Feeding an estimated nine billion people by the year 2050 will be challenging. Though controversy surrounds the extent to which food production needs to increase, versus a focus on distributional issues and reduced waste, there is a need to reduce the environmental impacts of current farming practices and to avoid further depletion of biodiversity. Over the last century, biodiversity loss has accompanied agricultural intensification so a business-as-usual scenario gives little cause for optimism. In the last decade, studies in many countries have demonstrated the benefits of 'alternative' agricultural systems that can be as productive as conventional agriculture on a per-hectare basis, despite requiring fewer pesticides and fertilizers. These systems employ ecological intensification whereby ecosystem services such as nutrient provisioning, natural pest control, and enhanced pollination replace anthropogenic inputs. Enhancement of biodiversity in these systems is not confined to planned diversity such as multiple crops but includes many other taxa to the extent that farmlands can be important complements to nature reserves and other protected areas. Ecological engineering is one approach that can guide the diversification of farmlands to deliver multiple ecosystem services agricultural intensification based on an ecological evidence base offers significant scope for a win'win scenario whereby future food production needs are more strongly supported by ecosystem services whilst simultaneously motivating farmers to accommodate biodiversity.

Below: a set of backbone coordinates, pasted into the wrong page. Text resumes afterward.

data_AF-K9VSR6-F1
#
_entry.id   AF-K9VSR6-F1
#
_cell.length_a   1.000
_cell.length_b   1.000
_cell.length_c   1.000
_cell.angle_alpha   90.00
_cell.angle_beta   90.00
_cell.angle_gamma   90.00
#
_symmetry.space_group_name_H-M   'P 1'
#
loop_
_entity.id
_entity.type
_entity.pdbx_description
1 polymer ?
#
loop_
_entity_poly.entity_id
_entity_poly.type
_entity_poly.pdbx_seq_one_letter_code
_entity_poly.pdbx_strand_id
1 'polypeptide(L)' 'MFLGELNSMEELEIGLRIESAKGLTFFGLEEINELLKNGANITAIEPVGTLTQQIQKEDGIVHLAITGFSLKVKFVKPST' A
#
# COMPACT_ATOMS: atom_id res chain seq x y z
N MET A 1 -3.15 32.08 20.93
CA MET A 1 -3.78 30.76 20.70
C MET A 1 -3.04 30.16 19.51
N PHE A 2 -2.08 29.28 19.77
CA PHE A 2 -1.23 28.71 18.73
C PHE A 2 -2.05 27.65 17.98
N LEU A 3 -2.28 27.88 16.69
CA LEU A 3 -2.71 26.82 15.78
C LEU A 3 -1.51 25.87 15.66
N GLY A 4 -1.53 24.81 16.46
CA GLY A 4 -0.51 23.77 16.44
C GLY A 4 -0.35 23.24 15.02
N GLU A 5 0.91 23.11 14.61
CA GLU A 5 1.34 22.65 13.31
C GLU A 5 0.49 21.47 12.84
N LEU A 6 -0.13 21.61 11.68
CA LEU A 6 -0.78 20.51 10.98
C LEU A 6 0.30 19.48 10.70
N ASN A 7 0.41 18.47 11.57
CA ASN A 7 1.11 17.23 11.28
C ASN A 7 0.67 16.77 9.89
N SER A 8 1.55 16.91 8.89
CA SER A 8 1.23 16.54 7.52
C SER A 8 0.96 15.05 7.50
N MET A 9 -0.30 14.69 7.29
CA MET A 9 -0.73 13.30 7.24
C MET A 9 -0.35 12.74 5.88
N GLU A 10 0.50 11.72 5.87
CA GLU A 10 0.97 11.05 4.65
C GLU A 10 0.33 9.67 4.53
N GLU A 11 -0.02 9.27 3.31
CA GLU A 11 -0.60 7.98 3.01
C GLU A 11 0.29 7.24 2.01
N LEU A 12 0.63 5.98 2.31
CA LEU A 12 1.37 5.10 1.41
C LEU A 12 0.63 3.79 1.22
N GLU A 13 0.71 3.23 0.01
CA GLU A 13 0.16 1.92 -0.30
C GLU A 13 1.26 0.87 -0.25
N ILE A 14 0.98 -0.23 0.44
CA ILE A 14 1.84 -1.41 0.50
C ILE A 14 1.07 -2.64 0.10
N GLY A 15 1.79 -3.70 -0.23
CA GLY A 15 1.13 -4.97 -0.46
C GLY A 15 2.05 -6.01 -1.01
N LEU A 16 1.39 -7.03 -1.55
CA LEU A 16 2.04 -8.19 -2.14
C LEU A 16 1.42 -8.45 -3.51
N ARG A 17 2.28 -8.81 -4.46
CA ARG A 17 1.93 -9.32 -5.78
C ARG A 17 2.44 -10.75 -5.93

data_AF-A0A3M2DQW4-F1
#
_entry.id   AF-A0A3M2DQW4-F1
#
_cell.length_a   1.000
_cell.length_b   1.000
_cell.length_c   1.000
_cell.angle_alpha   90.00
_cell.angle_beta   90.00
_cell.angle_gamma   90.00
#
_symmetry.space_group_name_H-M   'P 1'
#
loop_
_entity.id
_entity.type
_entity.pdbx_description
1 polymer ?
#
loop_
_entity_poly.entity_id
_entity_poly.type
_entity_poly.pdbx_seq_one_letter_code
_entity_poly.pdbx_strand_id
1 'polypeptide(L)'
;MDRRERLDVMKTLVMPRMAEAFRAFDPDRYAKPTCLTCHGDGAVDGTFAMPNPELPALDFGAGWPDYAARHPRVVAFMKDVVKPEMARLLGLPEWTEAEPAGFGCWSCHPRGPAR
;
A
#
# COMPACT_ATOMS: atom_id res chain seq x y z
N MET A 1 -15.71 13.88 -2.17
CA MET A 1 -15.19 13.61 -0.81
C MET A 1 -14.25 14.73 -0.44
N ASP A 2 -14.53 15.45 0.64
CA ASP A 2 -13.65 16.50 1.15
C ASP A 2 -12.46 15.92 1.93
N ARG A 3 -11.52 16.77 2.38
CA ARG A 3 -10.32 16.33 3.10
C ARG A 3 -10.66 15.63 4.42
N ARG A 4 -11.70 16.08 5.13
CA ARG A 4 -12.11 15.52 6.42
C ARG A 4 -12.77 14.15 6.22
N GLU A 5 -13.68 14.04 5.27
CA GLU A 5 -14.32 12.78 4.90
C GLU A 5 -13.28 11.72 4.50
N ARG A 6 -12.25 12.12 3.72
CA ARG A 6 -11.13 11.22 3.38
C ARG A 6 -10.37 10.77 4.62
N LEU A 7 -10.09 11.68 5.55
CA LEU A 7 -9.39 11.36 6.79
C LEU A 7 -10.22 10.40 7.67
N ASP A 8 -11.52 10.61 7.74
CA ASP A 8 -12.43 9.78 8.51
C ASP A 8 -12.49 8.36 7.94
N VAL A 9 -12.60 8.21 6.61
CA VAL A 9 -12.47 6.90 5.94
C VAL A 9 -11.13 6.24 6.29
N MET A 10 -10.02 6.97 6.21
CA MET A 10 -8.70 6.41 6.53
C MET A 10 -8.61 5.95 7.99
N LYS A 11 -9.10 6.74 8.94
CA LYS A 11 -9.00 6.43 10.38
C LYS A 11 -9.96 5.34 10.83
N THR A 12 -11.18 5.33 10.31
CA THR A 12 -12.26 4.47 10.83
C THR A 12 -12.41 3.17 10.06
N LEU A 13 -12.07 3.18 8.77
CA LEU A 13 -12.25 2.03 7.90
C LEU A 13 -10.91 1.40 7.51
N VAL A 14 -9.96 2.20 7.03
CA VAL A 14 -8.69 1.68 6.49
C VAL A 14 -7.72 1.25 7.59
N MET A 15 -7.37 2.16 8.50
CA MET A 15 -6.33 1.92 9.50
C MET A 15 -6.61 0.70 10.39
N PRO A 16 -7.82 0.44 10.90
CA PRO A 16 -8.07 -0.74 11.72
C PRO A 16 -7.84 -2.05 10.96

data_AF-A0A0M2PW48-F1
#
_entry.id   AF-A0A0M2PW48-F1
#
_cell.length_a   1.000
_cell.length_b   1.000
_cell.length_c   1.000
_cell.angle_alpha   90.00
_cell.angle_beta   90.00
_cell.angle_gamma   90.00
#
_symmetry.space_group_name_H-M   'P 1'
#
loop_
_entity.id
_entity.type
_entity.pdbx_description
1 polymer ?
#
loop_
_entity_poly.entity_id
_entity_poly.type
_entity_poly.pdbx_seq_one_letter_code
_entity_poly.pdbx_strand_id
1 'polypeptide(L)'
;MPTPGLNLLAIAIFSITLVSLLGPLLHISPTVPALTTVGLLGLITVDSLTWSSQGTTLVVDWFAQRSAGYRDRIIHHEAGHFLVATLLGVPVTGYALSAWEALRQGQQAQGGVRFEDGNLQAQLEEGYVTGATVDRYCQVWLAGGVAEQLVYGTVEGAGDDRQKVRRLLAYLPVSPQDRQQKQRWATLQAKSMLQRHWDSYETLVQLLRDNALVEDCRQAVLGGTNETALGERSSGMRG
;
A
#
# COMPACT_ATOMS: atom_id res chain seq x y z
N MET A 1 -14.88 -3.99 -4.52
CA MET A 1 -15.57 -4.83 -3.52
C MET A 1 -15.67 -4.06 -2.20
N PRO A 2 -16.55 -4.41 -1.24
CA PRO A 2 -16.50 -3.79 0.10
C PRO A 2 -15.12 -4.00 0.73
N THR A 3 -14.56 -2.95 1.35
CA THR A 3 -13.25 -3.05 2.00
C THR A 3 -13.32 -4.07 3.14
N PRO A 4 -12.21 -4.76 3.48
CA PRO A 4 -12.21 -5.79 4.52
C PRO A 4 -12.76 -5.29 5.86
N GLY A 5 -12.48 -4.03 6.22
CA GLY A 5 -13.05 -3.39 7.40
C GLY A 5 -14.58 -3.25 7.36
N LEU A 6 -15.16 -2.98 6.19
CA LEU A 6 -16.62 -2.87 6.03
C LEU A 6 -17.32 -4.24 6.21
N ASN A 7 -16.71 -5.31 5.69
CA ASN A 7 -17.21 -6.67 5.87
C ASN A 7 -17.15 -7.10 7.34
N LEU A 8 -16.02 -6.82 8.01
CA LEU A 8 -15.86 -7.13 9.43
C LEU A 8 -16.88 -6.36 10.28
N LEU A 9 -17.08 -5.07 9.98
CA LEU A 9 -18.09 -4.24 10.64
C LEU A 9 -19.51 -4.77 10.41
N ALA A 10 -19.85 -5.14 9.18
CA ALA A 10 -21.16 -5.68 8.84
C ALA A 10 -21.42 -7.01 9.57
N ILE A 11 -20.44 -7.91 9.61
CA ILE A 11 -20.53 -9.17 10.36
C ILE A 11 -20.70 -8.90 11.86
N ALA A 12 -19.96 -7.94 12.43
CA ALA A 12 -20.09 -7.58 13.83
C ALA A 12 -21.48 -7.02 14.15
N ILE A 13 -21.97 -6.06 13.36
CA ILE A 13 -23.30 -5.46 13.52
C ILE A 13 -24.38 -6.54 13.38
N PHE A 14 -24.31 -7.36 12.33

|Title of host publication||Rice planthoppers|
|Subtitle of host publication||ecology, management, socio economics and policy|
|Editors||Kong Luen Heong, Jiaan Cheng, Monica M Escalada|
|Place of Publication||The Netherlands|
|Publisher||Springer-Verlag London Ltd.|
|Number of pages||18|
|Publication status||Published - 2015|